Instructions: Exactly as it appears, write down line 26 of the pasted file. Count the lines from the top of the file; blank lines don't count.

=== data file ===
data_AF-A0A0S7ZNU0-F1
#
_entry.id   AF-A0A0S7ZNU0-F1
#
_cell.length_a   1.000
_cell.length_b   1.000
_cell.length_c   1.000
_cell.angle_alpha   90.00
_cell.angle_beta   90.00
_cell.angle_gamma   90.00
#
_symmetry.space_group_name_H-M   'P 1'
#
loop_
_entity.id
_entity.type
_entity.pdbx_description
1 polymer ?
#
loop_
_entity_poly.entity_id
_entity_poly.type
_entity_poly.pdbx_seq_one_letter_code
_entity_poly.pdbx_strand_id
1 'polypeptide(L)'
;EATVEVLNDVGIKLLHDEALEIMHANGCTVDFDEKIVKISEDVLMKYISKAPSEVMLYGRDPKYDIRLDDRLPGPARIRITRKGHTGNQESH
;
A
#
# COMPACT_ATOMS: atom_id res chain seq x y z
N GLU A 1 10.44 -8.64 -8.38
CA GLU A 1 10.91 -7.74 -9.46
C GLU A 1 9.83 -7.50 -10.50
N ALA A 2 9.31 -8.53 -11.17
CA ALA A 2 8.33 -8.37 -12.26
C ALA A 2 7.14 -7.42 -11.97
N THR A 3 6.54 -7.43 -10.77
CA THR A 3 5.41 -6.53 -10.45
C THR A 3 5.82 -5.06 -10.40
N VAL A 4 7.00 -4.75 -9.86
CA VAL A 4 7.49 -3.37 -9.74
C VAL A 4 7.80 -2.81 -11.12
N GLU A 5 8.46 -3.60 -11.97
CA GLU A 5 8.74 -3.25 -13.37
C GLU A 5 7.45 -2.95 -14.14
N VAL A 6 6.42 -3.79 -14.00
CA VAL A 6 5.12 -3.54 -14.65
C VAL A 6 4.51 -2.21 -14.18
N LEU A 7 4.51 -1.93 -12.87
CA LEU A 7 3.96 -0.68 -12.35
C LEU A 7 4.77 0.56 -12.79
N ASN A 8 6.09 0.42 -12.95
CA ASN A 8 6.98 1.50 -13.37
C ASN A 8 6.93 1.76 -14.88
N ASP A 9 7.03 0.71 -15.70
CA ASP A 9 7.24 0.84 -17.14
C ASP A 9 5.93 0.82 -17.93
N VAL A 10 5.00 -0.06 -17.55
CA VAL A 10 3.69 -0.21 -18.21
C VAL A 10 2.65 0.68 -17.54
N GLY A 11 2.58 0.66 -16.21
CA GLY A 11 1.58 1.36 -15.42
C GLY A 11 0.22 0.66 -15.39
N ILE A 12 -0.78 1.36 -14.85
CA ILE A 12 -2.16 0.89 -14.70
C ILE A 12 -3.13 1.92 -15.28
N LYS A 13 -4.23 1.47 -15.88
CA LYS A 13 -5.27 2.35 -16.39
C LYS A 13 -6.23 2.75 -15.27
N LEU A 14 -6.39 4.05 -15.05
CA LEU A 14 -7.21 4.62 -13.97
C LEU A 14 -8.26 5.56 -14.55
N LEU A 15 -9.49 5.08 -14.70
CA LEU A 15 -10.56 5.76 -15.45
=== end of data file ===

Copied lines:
;EATVEVLNDVGIKLLHDEALEIMHANGCTVDFDEKIVKISEDVLMKYISKAPSEVMLYGRDPKYDIRLDDRLPGPARIRITRKGHTGNQESH